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Americans are increasingly abandoning organized religion


Political scientist Ryan Burge found that the percent of Americans claiming no religious affiliation is now so large that it rivals the other two largest groups, Catholics and evangelical Christians, according to a new analysis of the General Social Survey.

According to the data, those claiming "no religion" — often called "nones" — now make up 23.1 percent of the population. Evangelicals are 22.8 percent of the population, while Catholics are at 23 percent. For statistical purposes, all of these numbers can be treated as essentially equal.

In recent years, Burge noted, "[t]here was ... a small resurgence of mainline Protestants, while Catholics are down 3% in the last four years."

However, over the time period covered by the survey, the two most notable trends are the nosediving size of the mainline Protestant population and the soaring population of the nones:

The survey interviewed more than 2,000 Americans in 2018. It began collecting data in 1972 and is widely relied upon by the media and policymakers.

CNN reported:

"It is the first time we have seen this. The same questions have been asked for 44 years," Burge told CNN.
The meteoric rise of religious nones began in the early 1990s and has grown 266% since 1991, he said.
Burge estimates that 'No Religion' will be the largest group outright in four to six years.

Others surveys have similarly found that unbelief is on the rise — particularly among the younger cohorts. Pew Research Center, for instance, similarly found that 22.8 percent of Americans are nones, a population that is more densely concentrated in the Northeast and on the West Coast. It found that 35 percent of people between the ages of 18-29 fall into this category, while that number is 37 percent for the ages 30-49, 19 percent for the ages 50-64, and 9 percent for ages 65 and older.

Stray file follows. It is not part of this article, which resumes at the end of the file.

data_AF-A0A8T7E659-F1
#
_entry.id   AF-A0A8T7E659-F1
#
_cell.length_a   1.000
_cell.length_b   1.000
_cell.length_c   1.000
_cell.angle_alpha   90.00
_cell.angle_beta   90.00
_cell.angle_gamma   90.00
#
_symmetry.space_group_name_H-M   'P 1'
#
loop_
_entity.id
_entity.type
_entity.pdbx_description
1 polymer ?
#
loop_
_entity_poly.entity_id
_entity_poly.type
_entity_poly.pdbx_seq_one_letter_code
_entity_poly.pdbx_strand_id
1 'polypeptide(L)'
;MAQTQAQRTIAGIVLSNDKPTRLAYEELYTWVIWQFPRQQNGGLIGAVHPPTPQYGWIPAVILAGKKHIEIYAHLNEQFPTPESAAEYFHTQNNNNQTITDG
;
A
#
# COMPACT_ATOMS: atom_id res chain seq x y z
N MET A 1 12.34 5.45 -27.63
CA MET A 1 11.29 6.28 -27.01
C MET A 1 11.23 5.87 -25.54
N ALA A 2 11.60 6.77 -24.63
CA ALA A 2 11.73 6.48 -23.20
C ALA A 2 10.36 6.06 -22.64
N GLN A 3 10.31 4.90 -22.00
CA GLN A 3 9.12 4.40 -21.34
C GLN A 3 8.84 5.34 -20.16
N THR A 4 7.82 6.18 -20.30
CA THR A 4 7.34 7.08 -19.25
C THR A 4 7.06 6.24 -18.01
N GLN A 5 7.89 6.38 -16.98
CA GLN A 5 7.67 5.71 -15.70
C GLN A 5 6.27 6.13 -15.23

There are many explanations for the shifts away from organized religion: Perceived struggles between religion and science, the many scandals in organized religion, the politicization of faith, and the failure of religion to address many of the worlds most pressing problems. But there's also just the simple fact that richer countries tend to be less religious overall. The United States has long been an outlier in this pattern, perhaps for its own idiosyncratic reasons, but it appears to be catching up to its peers.

While many will find reasons to celebrate an increasingly secularized society, defenders of religion often point out that it can help promote important community ties and relationships that are important to human life, especially as people grow older and start families. There may be good reason for nonbelievers to actively cultivate these aspects of religion that might otherwise be missing from their lives, even while they choose to move away from the parts of faith that they dislike.

But these findings also raise interesting political questions. For example, the impact of evangelical voters is widely discussed in politics; countless articles have been written examining President Donald Trump's curious relationship to the evangelical community. Why don't the nonreligious merit this sort of analysis, and, indeed, courting by political figures?

One likely explanation is that while the evangelicals have unifying interests and beliefs, the nones are, by nature, a more heterogeneous group. But one thing nones likely do have in common is opposition to the political influence of one extreme branch of Christianity and the control it exerts over much of American policy. Politicians should begin taking this more seriously.

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